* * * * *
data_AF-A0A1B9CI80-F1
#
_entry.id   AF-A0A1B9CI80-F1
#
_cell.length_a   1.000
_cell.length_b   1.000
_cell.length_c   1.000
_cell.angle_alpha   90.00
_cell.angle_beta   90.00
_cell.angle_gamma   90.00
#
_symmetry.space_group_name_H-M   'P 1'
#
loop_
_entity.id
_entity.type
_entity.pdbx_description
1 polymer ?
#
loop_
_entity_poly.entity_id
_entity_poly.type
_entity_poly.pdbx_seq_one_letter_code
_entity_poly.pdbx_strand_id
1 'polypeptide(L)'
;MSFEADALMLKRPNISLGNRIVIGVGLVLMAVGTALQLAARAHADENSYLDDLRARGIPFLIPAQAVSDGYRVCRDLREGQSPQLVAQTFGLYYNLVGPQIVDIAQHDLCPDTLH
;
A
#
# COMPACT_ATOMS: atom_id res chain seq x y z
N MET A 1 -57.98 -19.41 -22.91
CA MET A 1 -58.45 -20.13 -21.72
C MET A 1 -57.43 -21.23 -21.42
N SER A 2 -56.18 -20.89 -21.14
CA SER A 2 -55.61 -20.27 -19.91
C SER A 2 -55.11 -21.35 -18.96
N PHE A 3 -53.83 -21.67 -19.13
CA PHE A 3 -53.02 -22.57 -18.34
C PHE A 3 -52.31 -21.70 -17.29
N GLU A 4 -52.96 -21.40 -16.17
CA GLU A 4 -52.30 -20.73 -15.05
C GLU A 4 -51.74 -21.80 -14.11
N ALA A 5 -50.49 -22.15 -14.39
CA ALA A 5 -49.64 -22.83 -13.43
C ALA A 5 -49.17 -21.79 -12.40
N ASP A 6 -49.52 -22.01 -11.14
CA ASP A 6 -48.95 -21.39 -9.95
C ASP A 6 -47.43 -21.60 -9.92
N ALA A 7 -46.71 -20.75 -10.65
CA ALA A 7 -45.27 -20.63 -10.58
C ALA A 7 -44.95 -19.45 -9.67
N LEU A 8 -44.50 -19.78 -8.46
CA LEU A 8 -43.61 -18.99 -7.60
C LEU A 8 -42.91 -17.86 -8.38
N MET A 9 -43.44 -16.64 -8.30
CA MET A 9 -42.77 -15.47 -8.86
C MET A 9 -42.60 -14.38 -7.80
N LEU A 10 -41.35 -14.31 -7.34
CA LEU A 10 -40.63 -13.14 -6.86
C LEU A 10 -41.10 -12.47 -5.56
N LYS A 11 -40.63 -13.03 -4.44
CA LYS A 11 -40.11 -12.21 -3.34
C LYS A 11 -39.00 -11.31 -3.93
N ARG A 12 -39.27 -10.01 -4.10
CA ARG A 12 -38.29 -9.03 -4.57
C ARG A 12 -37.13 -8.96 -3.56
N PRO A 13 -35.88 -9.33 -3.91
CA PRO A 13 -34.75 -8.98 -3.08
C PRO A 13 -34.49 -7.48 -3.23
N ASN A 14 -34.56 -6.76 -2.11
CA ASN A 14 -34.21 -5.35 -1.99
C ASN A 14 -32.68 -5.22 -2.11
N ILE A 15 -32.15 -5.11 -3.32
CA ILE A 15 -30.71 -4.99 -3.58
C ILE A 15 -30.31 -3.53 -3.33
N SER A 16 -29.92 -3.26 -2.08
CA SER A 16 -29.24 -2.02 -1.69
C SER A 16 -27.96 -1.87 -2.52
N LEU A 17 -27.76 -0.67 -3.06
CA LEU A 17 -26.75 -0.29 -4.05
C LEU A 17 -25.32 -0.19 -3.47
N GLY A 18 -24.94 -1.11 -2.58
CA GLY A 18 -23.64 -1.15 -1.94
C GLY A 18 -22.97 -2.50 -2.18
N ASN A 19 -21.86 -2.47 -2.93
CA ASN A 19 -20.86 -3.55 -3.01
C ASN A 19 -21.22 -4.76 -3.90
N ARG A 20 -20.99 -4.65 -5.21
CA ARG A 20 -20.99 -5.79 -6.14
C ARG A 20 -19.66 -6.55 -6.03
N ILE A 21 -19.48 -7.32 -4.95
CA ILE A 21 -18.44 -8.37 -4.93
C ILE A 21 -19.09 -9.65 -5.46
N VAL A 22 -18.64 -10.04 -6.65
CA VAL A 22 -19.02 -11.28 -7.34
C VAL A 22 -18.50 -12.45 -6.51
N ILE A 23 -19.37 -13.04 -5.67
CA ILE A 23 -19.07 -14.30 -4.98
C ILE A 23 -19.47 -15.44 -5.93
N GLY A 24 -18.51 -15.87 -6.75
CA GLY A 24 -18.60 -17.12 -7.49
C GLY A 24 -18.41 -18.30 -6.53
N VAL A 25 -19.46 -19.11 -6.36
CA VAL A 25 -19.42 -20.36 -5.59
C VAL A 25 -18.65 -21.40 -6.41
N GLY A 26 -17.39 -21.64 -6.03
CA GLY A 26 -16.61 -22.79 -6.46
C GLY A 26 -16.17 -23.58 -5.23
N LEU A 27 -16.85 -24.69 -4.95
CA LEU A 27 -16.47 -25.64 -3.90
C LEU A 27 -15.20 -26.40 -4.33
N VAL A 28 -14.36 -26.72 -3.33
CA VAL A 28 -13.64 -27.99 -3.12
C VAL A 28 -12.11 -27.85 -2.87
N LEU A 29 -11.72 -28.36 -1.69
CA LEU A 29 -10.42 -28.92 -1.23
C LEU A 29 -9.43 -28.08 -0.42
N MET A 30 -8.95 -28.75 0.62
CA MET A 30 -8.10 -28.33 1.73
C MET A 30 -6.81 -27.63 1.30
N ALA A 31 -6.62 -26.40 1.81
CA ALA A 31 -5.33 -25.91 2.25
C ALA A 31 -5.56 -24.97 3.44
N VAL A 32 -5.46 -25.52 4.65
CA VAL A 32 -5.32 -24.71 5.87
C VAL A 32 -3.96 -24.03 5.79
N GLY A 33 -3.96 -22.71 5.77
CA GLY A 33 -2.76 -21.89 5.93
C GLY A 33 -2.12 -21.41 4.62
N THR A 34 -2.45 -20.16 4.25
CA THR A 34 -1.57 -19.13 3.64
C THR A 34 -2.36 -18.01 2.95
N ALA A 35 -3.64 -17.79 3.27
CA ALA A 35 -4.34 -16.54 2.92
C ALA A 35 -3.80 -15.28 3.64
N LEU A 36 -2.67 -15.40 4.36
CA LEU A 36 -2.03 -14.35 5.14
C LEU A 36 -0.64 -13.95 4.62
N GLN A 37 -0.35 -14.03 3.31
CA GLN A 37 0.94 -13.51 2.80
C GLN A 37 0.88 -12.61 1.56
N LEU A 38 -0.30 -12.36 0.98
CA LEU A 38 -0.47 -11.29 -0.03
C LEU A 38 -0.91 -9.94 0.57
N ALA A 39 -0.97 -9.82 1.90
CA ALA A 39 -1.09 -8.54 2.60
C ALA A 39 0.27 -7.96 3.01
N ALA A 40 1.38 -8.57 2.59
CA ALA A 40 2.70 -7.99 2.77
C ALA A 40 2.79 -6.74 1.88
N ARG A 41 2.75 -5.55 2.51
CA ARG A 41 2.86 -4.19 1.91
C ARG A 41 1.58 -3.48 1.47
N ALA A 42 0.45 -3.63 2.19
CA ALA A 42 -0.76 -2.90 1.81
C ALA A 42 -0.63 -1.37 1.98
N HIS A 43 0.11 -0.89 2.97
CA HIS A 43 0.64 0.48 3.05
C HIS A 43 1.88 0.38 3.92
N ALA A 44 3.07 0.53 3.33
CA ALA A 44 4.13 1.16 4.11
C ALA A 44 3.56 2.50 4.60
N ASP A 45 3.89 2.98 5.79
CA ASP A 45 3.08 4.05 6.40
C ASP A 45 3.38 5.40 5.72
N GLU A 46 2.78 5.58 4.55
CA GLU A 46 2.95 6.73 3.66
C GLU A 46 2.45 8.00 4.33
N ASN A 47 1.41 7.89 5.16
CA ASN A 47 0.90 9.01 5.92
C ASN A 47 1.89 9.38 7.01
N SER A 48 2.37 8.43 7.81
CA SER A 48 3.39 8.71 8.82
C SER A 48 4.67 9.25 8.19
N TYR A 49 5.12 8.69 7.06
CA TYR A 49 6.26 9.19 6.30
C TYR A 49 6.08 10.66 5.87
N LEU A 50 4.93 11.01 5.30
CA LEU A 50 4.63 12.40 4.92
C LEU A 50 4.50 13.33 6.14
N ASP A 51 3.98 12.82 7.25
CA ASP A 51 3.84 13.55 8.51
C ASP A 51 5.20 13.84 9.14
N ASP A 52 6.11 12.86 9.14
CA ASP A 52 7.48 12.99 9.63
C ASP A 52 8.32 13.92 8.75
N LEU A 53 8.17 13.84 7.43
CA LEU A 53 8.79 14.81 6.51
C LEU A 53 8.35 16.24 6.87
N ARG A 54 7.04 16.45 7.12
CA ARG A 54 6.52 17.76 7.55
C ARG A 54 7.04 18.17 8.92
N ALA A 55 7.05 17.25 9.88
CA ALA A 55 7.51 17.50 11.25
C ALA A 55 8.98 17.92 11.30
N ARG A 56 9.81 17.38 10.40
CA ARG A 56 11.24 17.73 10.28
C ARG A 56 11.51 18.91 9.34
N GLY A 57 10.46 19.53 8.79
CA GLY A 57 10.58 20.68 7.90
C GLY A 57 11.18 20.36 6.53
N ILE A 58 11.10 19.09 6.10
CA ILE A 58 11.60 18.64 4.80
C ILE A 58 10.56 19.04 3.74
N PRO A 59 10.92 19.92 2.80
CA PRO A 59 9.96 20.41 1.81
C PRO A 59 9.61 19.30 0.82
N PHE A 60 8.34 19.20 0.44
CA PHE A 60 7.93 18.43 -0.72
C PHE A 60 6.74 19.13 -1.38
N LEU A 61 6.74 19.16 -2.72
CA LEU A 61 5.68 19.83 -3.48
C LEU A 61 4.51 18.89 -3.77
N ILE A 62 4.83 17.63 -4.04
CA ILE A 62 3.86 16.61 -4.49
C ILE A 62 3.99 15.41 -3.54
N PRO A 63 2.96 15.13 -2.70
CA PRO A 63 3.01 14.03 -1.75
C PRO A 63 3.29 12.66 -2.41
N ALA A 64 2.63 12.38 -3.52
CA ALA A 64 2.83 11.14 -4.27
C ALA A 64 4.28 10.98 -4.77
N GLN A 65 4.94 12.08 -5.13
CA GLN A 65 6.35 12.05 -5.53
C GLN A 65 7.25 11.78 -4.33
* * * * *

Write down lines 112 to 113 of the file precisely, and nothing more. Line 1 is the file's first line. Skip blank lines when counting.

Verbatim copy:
N VAL A 28 -14.36 -26.72 -3.33
CA VAL A 28 -13.64 -27.99 -3.12